The home heroes spotted Cleveland four runs in the third inning, finally tied up the game in the eighth, and then tossed another gold-fish to the cat in the ninth inning, with a run which was as cheap as a Chinese yen.
The phrase occurs in a letter about Maryland’s relief problem, published in The Sun (Baltimore, Maryland) of Tuesday 26th February 1935:
Everyone with half a brain knows that relief as administered during the last two years was nothing short of a scandal. Some families had three and four on relief work; other families could not get one on; the local politicians took charge like dogs at a dead horse and wallowed in it. The motto was “Feed the car another goldfish. What do we care for expenses?” . . .
The following is from the column Old Timers, published in the Brooklyn Eagle (Brooklyn, New York) of Sunday 2nd October 1949:
As Ed Fitzgerald said today: “We are rich, mother. Throw another goldfish to the cat!”
The phrase has also been used in British English. The following, for example, is from a letter by one A. W. Stephenson, living in Hull, published in The Daily Mail (Hull, Yorkshire, England) of Tuesday 20th September 1949:
Sir,—At the present time we are witnessing an increasing number of transport disputes, unofficial strikes, embargoes on overtime working and a mad scramble for increased wages without a correspondingly improved service or output.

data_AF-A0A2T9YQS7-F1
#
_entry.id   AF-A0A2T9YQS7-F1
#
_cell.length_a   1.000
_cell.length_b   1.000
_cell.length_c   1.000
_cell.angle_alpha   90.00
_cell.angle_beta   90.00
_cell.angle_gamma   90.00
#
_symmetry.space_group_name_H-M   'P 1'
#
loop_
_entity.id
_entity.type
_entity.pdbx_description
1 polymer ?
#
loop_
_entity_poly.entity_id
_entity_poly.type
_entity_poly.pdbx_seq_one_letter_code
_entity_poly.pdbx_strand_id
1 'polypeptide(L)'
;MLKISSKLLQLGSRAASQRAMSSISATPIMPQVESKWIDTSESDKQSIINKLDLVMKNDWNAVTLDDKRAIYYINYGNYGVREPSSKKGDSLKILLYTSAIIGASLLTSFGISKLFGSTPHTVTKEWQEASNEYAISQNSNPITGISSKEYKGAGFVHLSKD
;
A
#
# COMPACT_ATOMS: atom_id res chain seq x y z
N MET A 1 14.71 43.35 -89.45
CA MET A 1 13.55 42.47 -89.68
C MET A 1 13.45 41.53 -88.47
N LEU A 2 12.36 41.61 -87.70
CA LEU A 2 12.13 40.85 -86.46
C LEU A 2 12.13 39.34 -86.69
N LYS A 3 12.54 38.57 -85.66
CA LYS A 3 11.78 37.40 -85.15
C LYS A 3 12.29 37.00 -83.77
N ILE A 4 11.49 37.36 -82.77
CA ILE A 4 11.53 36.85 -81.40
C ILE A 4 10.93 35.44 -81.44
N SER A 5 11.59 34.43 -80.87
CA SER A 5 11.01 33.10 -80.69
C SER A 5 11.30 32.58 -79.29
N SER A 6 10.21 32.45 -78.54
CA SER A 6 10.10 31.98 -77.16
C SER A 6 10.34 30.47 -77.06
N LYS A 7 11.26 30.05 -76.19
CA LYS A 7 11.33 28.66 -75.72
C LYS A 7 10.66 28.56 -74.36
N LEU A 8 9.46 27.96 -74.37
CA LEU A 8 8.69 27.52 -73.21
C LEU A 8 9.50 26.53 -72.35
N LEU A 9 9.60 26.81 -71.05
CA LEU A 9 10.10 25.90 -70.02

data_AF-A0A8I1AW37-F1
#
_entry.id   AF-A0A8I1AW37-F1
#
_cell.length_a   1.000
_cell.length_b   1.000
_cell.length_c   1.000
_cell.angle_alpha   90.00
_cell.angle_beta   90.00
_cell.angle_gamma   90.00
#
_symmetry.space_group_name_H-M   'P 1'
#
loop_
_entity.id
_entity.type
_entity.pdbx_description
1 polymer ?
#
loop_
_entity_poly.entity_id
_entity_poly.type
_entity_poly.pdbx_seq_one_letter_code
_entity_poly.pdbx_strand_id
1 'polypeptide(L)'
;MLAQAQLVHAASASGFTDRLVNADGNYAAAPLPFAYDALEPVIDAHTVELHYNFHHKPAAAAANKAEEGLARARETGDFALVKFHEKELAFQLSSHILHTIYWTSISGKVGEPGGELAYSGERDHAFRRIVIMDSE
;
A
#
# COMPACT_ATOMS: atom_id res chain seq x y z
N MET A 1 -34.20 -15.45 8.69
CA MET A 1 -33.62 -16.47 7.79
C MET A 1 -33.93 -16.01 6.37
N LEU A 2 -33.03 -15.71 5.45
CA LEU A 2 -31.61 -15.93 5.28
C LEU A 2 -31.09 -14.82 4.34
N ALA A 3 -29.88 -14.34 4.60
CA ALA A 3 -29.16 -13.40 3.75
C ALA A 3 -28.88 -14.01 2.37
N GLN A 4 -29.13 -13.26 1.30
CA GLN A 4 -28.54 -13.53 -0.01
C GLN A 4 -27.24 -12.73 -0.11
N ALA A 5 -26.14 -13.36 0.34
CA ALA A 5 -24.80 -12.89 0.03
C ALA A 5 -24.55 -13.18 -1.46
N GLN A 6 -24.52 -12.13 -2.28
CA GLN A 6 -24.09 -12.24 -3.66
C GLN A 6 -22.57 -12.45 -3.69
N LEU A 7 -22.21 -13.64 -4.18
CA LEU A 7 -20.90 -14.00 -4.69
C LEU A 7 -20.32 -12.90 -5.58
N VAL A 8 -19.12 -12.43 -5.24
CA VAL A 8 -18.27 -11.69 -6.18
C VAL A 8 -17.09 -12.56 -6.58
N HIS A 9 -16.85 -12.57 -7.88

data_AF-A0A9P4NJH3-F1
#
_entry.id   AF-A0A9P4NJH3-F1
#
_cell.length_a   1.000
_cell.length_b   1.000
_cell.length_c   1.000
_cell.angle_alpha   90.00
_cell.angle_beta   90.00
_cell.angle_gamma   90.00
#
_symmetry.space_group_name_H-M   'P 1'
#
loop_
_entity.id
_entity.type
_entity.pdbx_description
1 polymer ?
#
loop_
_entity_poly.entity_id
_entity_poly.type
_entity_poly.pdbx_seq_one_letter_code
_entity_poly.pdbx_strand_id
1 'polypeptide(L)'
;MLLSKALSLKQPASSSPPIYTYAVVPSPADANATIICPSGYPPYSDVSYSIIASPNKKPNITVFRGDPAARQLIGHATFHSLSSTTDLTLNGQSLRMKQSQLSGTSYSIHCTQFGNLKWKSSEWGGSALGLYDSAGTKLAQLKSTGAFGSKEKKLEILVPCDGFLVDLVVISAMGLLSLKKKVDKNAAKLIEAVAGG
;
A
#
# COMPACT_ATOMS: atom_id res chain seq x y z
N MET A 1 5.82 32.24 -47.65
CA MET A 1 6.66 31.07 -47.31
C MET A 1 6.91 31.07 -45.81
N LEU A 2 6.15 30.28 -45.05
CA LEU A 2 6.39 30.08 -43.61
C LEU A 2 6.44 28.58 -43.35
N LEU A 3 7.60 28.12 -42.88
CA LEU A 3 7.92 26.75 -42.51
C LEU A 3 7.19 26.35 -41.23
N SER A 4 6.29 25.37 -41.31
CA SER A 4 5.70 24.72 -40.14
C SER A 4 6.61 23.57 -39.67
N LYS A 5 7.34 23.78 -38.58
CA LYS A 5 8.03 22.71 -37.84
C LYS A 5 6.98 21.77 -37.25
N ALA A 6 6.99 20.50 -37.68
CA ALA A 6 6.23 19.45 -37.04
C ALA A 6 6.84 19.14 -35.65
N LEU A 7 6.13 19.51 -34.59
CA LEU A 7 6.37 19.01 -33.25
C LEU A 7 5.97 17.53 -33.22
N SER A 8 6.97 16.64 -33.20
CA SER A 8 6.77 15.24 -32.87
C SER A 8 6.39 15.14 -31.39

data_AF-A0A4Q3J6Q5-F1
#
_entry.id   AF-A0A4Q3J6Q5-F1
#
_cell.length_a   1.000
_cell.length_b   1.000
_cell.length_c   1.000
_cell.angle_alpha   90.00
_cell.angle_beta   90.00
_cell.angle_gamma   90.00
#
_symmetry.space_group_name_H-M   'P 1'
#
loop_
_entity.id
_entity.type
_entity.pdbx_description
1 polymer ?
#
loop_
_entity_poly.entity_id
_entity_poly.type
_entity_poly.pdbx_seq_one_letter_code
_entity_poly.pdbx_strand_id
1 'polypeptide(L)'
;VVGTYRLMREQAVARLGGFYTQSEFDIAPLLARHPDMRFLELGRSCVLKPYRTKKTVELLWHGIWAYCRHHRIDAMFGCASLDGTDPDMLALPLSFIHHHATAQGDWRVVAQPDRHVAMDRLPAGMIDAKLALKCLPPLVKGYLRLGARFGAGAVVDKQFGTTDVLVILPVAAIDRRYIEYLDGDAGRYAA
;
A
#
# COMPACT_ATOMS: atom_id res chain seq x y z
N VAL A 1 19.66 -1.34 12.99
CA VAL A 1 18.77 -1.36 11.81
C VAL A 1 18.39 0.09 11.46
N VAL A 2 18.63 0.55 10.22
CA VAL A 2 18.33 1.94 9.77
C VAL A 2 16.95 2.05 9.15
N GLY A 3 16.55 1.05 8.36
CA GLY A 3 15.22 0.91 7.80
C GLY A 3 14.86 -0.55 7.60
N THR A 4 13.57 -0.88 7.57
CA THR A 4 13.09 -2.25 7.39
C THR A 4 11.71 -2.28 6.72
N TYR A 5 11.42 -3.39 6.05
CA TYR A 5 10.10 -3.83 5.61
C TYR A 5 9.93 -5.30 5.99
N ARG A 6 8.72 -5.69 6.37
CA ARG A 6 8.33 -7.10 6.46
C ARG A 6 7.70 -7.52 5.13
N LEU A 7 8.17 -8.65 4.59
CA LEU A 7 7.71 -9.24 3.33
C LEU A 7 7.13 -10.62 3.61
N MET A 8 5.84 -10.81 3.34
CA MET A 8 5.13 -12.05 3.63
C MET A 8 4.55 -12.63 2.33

All this in a highly socialised and “trade-unionised” State points to false doctrines and loose thinking. If the workers’ attitude today is a combination of “couldn’t care less,” beggar my neighbour, and “drat the expense, give the cat another goldfish,” who is to blame?
The British author, journalist, editor and publisher Alan John Ross (1922-2001) used the phrase in the account of a cricket match between England and South Africa, published in The Birmingham Post (Birmingham, Warwickshire, England) of Friday 28th December 1956:
Adcock lunged at his first ball—googly, Chinaman or whatever—and looked up, pleased as a bridegroom, to find it sailing over the midwicket boundary.
That sent up the 200 and Statham, on the principle of “Never mind the money, give the cat another goldfish,” at once called for the new ball. But Adcock was not to be fobbed off after so dashing a start and, with the motions of a man who has heard some inner call to arms, he twice rattled Bailey to the square leg boundary.
According to an article by Betty Berry, published in the State Times Advocate (Baton Rouge, Louisiana) of Thursday 22nd August 1991, the phrase is used in South Africa to mean to allow oneself more of what one desires—Betty Berry was describing “a typical South African braai, or barbeque” that Linde Hammond, a native South African, organised in her Baton Rouge home for her U.S. neighbours:
Inviting her guests to take seconds, Hammond politely ignored the chorus of “oh, I really shouldn’t,” and invoked a colorful South African expression:
“Go on. Give your cat another goldfish,” she urged, lifting her mother’s silver pot to pour another round of tea. No one turned her down.